Tag Archives: lace

Lace

(This is part of a series of posts on different ways of hiding meaning in your knitting.)

Table of Contents: Embedding meaning in Your Knitting | Converting Words to Numbers | Making a grid | Asymmetry or Symmetry? | Converting grids into stitch patterns | Lace | Cables | Other Encodings | Summary of My Method | Addendum: Ribbing | Further Resources

Turning a grid into a lace chart can be very satisfying, but is also a bit more complicated. I’m going to present an introduction here, but not go into details, as this could involve a full article by itself.

If you want to knit lace from one of these grids, it’s obvious that the marked squares can become yarn overs. There are other considerations as well: do you want to have a plain row after every row with yarn overs? Do you want to knit garter stitch lace or stockinette? You also need to figure out where to put the decreases, because the location of the decreases will affect the appearance of your lace. The key thing is that you need the same number of decreases in your stitch pattern as you have yarn overs. Be prepared to swatch a lot to see what happens, but do try a lot of variations – you’ll learn a lot about lace and might get surprising and interesting results. (If you are keeping your code decipherable, you’ll want to have the decrease in the same line as its corresponding yarn over.)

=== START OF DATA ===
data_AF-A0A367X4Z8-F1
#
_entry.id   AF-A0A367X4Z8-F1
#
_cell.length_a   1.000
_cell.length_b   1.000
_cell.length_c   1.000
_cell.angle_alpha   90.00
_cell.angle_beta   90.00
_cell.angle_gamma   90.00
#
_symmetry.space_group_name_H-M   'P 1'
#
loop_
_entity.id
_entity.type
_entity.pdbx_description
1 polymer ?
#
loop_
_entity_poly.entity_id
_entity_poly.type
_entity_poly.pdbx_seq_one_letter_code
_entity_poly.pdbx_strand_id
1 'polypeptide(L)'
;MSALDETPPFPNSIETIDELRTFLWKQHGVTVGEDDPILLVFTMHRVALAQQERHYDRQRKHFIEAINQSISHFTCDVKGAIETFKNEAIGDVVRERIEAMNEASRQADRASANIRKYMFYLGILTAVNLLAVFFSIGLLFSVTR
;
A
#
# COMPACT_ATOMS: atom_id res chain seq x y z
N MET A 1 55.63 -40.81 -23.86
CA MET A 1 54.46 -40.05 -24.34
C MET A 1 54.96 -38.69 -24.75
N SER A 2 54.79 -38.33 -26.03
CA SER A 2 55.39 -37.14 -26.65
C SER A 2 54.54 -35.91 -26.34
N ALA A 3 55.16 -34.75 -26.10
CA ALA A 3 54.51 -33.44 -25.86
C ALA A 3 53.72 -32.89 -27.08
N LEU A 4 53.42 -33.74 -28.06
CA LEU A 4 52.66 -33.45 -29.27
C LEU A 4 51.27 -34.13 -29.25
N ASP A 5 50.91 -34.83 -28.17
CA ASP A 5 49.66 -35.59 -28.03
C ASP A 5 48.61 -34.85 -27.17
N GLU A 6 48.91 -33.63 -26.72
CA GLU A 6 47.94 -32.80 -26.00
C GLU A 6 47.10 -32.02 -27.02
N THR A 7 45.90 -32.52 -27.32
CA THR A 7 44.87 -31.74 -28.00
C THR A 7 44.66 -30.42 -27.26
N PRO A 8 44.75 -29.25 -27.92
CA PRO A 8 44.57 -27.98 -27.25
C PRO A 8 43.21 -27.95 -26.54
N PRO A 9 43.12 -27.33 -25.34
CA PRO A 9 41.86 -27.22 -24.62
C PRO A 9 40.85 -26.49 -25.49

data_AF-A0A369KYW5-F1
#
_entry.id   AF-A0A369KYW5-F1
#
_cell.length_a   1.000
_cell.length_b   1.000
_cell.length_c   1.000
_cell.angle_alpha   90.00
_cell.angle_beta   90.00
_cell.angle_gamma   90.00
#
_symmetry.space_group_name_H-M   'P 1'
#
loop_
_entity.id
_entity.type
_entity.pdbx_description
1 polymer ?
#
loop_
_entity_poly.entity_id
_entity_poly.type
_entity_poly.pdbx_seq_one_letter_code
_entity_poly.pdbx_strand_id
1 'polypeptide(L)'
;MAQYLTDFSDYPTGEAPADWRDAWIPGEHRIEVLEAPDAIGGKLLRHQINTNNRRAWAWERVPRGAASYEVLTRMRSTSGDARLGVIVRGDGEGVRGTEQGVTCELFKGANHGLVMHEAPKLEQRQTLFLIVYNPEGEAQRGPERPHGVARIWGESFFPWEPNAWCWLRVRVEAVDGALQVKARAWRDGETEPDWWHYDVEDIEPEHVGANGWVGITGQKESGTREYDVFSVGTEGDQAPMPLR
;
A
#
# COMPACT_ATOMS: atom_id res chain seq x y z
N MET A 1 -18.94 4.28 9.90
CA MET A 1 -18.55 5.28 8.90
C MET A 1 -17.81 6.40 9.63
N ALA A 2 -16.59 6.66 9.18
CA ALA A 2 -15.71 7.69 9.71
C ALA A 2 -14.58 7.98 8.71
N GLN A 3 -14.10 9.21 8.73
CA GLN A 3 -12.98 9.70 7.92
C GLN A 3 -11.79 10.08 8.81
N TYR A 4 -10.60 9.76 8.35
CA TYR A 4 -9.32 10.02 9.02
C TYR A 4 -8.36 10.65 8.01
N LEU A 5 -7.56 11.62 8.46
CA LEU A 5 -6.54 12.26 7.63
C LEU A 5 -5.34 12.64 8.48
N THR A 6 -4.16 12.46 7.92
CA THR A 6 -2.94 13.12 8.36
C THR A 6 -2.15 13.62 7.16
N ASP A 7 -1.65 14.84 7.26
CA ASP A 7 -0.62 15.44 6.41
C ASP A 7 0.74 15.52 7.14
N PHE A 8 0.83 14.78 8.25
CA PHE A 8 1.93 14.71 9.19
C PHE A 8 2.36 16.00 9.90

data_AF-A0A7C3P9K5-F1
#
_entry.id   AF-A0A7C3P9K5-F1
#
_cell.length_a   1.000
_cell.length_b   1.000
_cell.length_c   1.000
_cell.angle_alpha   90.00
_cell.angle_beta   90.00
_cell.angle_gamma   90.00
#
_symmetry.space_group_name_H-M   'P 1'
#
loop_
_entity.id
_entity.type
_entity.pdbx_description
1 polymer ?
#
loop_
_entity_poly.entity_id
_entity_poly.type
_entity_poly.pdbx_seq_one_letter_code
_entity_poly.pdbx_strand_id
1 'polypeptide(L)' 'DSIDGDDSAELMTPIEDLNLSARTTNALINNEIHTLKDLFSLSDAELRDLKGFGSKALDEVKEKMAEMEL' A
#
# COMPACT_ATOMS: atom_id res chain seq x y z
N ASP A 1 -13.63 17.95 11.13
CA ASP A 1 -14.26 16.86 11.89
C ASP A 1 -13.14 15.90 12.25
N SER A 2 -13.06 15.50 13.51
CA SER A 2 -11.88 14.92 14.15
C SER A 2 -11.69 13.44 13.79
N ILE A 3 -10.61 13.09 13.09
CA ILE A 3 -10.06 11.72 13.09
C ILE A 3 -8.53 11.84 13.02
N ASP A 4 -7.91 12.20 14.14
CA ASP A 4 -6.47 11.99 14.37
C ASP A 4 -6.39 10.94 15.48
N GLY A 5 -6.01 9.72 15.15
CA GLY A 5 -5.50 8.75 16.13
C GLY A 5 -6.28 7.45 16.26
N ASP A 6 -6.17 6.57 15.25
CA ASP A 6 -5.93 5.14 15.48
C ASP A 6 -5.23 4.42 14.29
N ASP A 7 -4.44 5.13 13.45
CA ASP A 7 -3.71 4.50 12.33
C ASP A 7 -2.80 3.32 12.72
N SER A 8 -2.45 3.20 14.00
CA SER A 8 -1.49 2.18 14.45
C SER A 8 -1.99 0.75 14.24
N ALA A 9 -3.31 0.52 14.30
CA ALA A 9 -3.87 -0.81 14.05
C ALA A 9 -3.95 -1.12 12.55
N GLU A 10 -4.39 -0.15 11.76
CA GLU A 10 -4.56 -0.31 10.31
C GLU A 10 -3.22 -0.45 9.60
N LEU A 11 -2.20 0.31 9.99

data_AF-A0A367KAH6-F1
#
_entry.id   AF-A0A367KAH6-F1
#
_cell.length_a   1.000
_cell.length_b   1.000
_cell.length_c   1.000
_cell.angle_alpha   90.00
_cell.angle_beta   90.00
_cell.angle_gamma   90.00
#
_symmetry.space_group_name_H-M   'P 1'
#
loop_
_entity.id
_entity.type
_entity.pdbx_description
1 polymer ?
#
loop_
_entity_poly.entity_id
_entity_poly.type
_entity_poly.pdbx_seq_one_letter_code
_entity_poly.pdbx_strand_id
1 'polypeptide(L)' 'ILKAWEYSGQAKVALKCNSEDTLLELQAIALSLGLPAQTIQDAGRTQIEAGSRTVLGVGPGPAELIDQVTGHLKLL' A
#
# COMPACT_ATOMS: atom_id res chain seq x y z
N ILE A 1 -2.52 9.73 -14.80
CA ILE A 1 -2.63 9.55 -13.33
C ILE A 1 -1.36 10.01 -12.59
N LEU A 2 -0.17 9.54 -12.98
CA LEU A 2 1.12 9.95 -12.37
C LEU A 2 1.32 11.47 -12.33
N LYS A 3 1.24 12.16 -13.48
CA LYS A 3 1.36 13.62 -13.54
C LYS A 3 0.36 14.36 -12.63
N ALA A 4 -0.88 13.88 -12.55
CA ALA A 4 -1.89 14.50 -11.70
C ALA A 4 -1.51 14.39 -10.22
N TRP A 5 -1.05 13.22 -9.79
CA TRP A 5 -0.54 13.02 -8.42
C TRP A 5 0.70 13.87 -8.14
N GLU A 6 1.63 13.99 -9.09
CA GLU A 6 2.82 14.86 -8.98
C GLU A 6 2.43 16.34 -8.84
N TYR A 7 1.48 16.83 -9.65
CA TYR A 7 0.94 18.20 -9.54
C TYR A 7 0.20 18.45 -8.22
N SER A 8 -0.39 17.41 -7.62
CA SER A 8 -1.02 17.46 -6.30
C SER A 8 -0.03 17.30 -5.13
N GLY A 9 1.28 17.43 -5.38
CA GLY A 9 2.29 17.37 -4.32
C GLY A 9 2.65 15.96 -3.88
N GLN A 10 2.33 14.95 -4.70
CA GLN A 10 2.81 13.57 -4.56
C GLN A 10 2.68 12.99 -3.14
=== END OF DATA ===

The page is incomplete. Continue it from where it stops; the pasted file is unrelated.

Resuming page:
This is the grid I worked with:

All these stitch patterns are multiples of 12. The return rows are all purl stitches, except that I knit one and purled one into each double yarn over.

Chart Symbols & Abbreviations:

knit symbol k knit
yo yarn over
k2tog Knit two together to make a right-leaning decrease.
ssk Slip one knitwise, slip the next knitwise, then knit two together through back loop. (Or otherwise make a left-leaning decrease.)
RT Cross the 2nd st in front of 1st st, knit the 2nd st, then knit the 1st.
LT Cross the 2nd st behind the 1st st, knit the 2nd st, then knit the 1st.
RTssk Slip each of the 1st two stitches knitwise, slip back to left needle. Cross the 3rd st in front and knit it; knit the 1st two stitches together through back loop.
LTk2tog Bring the needle behind the 1st stitch, knit the 2nd and 3rd stitches together. Knit the 1st stitch

Peace Lace: Swatch 1

In this first swatch, I started out by putting a decrease next to every yarn over in the chart, but then I moved them around as I swatched to make sinuous lines (also, I started six stitches over from the edge of the grid):

P4292279

Chart I made before starting knitting:

Row 1: k1, yo, ssk, k6, k2tog, yo, k1
Row 3: k3, yo, k2tog, k2, ssk, yo, k3
Row 5: k4, k2tog, yo2, ssk, k4
Row 7: k3, ssk, yo, k2, yo, k2tog, k3
Row 9: k4, k2tog, yo2, ssk, k4
Row 11: yo, k2tog, k8, ssk, yo
Row 13: k4, k2tog, yo2, ssk, k4
Row 15: k2, yo, k2tog, k4, ssk, yo, k2
Row 17: k4, k2tog, yo2, ssk, k4
Row 19: k3, ssk, yo, k2, yo, k2tog, k3

Finalized version of that chart, with an eye to making everything flow:

Row 1: k1, yo, k1, k2tog, k4, ssk, k1, yo, k1
Row 3: k3, yo, k2tog, k2, ssk, yo, k3
Row 5: k4, ssk, yo2, k2tog, k4
Row 7: k3, ssk, yo, k2, yo, k2tog, k3
Row 9: k2, k2tog, k2, yo2, k2, ssk, k2
Row 11: yo, k1, k2tog, k6, ssk, k1, yo
Row 13: k3, ssk, k1, yo2, k1, k2tog, k3